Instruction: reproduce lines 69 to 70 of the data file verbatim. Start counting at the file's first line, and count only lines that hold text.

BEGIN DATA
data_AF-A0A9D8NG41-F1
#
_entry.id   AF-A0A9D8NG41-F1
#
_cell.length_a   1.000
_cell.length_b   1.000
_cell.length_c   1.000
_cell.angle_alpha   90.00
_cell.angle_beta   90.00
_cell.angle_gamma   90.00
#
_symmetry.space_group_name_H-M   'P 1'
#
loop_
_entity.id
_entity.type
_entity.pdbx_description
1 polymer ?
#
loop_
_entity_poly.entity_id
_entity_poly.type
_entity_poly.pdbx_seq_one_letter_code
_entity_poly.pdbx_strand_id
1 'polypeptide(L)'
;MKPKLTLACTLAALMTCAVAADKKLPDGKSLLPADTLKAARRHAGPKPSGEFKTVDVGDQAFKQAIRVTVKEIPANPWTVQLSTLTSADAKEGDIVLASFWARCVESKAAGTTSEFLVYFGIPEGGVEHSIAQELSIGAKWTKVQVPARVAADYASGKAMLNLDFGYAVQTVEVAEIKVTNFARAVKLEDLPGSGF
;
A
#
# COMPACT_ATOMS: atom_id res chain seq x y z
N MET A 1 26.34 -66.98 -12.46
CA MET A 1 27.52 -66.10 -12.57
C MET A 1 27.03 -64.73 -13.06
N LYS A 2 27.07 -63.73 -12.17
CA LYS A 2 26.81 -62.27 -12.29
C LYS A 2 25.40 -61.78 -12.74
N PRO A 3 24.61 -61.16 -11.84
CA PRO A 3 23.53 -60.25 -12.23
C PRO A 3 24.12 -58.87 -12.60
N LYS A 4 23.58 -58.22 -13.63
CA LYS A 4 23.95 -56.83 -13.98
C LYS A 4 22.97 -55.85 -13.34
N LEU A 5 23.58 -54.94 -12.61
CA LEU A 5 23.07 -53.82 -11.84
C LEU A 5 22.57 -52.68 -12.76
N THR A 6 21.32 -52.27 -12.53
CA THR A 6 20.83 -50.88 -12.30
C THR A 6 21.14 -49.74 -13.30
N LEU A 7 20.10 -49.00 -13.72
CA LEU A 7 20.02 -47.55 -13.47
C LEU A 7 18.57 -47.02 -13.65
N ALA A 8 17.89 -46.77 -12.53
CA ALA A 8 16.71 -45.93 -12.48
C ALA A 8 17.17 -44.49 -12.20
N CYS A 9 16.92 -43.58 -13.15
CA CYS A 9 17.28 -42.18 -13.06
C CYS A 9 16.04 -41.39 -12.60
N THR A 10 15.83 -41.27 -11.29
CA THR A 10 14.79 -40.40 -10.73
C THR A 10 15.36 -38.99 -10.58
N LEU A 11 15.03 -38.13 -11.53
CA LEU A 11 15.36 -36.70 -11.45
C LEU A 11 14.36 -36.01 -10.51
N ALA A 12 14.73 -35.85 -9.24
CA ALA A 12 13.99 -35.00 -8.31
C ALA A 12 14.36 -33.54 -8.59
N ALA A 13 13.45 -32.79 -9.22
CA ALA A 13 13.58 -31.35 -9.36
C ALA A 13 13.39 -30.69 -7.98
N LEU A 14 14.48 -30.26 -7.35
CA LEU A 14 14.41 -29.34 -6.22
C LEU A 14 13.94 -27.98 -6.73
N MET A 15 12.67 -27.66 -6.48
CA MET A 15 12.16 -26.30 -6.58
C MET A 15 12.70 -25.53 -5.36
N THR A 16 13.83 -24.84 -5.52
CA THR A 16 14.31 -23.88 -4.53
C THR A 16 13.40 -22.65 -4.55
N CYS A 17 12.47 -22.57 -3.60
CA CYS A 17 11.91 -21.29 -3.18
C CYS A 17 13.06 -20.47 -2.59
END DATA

C ALA A 13 13.39 -30.69 -7.98
N LEU A 14 14.48 -30.26 -7.35